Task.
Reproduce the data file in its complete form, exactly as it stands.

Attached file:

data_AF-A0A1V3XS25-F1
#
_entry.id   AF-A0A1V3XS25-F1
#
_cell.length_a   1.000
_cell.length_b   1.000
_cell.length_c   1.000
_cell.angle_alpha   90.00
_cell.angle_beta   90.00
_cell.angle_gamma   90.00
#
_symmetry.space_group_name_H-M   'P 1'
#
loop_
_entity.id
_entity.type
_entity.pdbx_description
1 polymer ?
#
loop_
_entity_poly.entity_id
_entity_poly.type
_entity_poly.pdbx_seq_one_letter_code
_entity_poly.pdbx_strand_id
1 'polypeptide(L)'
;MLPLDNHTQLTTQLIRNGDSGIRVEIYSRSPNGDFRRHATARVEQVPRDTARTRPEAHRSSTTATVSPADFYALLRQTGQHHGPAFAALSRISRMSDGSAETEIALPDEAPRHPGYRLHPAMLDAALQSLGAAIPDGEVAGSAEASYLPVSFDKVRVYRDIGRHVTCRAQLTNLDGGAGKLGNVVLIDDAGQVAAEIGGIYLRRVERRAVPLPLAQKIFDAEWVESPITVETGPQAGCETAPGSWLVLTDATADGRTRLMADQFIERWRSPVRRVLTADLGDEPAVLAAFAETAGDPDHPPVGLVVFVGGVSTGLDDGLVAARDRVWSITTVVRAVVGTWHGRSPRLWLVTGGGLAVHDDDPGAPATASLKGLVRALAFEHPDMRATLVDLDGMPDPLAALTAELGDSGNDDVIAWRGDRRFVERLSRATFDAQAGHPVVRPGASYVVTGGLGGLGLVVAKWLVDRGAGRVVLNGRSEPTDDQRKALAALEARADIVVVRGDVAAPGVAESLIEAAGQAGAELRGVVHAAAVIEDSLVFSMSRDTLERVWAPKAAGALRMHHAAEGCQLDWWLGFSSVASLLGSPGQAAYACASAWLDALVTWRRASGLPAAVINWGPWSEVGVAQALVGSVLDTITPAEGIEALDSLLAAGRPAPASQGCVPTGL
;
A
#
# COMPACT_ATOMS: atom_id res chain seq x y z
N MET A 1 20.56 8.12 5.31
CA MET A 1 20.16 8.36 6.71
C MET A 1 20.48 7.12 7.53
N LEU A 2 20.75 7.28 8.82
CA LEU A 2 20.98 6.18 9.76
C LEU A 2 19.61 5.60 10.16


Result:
data_AF-A0A1V3XS25-F1
#
_entry.id   AF-A0A1V3XS25-F1
#
_cell.length_a   1.000
_cell.length_b   1.000
_cell.length_c   1.000
_cell.angle_alpha   90.00
_cell.angle_beta   90.00
_cell.angle_gamma   90.00
#
_symmetry.space_group_name_H-M   'P 1'
#
loop_
_entity.id
_entity.type
_entity.pdbx_description
1 polymer ?
#
loop_
_entity_poly.entity_id
_entity_poly.type
_entity_poly.pdbx_seq_one_letter_code
_entity_poly.pdbx_strand_id
1 'polypeptide(L)'
;MLPLDNHTQLTTQLIRNGDSGIRVEIYSRSPNGDFRRHATARVEQVPRDTARTRPEAHRSSTTATVSPADFYALLRQTGQHHGPAFAALSRISRMSDGSAETEIALPDEAPRHPGYRLHPAMLDAALQSLGAAIPDGEVAGSAEASYLPVSFDKVRVYRDIGRHVTCRAQLTNLDGGAGKLGNVVLIDDAGQVAAEIGGIYLRRVERRAVPLPLAQKIFDAEWVESPITVETGPQAGCETAPGSWLVLTDATADGRTRLMADQFIERWRSPVRRVLTADLGDEPAVLAAFAETAGDPDHPPVGLVVFVGGVSTGLDDGLVAARDRVWSITTVVRAVVGTWHGRSPRLWLVTGGGLAVHDDDPGAPATASLKGLVRALAFEHPDMRATLVDLDGMPDPLAALTAELGDSGNDDVIAWRGDRRFVERLSRATFDAQAGHPVVRPGASYVVTGGLGGLGLVVAKWLVDRGAGRVVLNGRSEPTDDQRKALAALEARADIVVVRGDVAAPGVAESLIEAAGQAGAELRGVVHAAAVIEDSLVFSMSRDTLERVWAPKAAGALRMHHAAEGCQLDWWLGFSSVASLLGSPGQAAYACASAWLDALVTWRRASGLPAAVINWGPWSEVGVAQALVGSVLDTITPAEGIEALDSLLAAGRPAPASQGCVPTGL
;
A
#
# COMPACT_ATOMS: atom_id res chain seq x y z
N MET A 1 20.56 8.12 5.31
CA MET A 1 20.16 8.36 6.71
C MET A 1 20.48 7.12 7.53
N LEU A 2 20.75 7.28 8.82
CA LEU A 2 20.98 6.18 9.76
C LEU A 2 19.61 5.60 10.16